Rolex Sydney Hobart: Rough conditions lead to early casualties

Published on December 26th, 2014

(December 26, 2014) – A stiff southerly testing the boats and sailors on the first day of the 2014 Rolex Sydney Hobart has led to six yachts retiring from the Cruising Yacht Club of Australia’s annual race.

The first casualties of the race were Tina of Melbourne, forced out because of hull damage and Bear Necessity with a damaged rudder, just two hours into the race.

Roger Hickman, one of the doyens of this classic race, and skipper of Wild Rose, regarded the classic 46 year old S&S 37 Tina of Melbourne as the boat he and the other IOR war horses like Love and War and Landfall would have to beat, so such an early retirement is a great disappointment for Tina of Melbourne’s skipper, Andy Doolan.

“We fell off a large wave and noticed water coming in through a seam near the front of the boat. Two years of hard work down the drain,” Doolan said on docking at the CYCA this afternoon. “We were trucking along nicely, just settling into the race. The sea was very confused though and we fell off a wave.

“I guess we’ll have a shower and have the damage assessed,” Doolan added, searching for the positives. “We’ve got a chef and restaurateur on board – the catering is five-star. We had boeuf bourguignon for lunch and were looking forward to a chicken cassoulet for dinner – we’ve got lots of food to get through.”

Shortly after, Occasional Coarse Language Too retired with steering damage. Her skipper Warwick Sherman deserved better after his courageous race in 2012 while still undergoing chemo therapy for cancer. Yacht and crew are due to arrive back at the CYCA in the evening.

The fourth retirement is the Willyama, Richard Barron’s Beneteau 40, with a torn mainsail.

Peter Isler, on Manouch Moshayedi’s RIO 100 reports that conditions are certainly testing on the big American super maxi. “We are definitely learning our boat in these conditions. It’s very rough, sailing upwind in 25-27 knots of wind and pounding hard into short steep waves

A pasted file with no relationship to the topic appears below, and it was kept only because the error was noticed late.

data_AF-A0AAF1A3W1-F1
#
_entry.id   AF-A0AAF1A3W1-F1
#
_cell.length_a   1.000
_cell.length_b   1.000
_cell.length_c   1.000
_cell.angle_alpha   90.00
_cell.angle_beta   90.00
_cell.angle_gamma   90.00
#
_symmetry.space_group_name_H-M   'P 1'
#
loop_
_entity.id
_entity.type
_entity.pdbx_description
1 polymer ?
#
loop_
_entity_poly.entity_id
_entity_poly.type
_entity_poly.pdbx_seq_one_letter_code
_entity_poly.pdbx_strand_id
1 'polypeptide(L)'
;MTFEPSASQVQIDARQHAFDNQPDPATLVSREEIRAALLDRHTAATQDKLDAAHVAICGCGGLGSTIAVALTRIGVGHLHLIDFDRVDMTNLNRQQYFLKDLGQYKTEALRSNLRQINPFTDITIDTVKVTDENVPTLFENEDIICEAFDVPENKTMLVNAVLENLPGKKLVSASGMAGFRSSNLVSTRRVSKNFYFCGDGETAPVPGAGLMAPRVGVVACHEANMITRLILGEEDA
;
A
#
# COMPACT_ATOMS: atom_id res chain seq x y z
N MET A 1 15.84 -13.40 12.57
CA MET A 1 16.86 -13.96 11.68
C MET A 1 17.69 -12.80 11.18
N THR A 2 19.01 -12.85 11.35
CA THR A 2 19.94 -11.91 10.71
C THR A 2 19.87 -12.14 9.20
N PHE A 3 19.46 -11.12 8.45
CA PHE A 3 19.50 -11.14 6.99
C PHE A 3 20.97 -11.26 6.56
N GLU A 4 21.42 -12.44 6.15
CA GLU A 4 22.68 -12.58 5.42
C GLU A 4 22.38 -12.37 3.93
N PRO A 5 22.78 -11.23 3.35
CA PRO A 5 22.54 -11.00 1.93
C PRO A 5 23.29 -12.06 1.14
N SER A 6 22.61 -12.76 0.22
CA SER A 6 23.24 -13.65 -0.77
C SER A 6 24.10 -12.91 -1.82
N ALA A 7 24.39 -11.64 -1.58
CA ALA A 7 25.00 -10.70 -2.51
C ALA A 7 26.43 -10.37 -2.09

“The yachts are all on port tack, but given our current angles everyone will have to be thinking about taking a short starboard tack as we get close on the beach,” he added. “It’s like riding a bucking bronco. These are boat breaking conditions, though we expect the wind to ease by midnight. Until then though we will hang on and keep pushing. ”

Brindabella’s sailing master Brad Kellett concurred. “It’s pretty rough offshore, but we’re ploughing through and looking forward to better weather and the predicted sea breeze.”

However, Kellett later reported that while he was doing his regular checks in the evening he discovered larger than normal quantities of water in the bottom of the boat, found to be coming from damaged rudder bearings.

“We were just coming into our own after a risky tactical decision to go offshore paid off,” a disappointed Kellett said. “We have ended our regular watch patterns and everyone is up on deck for safety. No–one is hurt.”

A short time later, the Salona 44 Last Tango also retired. She had earlier been forced to divert to Botany Bay to land a crew member with a suspected hernia, but not long after returning to the race the yacht suffered sail damage. The crew member is in St George Hospital.

Both Brindabella and Last Tango were returning to the Cruising Yacht Club of Australia later tonight or very early tomorrow morning.

The remaining yachts continue to pound their way down the New South Wales coast in fresh southerly winds and short, steep seas. The fleet is spread from Botany Bay to 20 miles south of Jervis Bay, where the American super maxi Comanche holds a mile and a half lead over Wild Oats XI, with Perpetual Loyal a further three miles astern and Ragamuffin 100 another three miles back.

Hot on the heels of the maxis are the V70s Giacomo and Black Jack, which are enjoying a monumental match race of their own while keeping up the pressure on the more fragile 100 footers.

Interestingly, four leading boats are ahead of Wild Oats XI’s 2012 record position at this stage of the race. However, while Wild Oats XI benefited from a strong northerly on the second day that year the lead boats are sailing into softer winds on a sloppy seaway.

By Jim Gale, RSHYR media

Event website

Background: One hundred seventeen teams have entered the 628 nm Rolex Sydney Hobart Yacht Race. Starting on December 26, the fleet exits Sydney Harbor and heads down the south-east coast of mainland Australia, across Bass Strait, then down the east coast of Tasmania. At Tasman Island the fleet turns right into Storm Bay for the final sail up the Derwent River to finish in Hobart.

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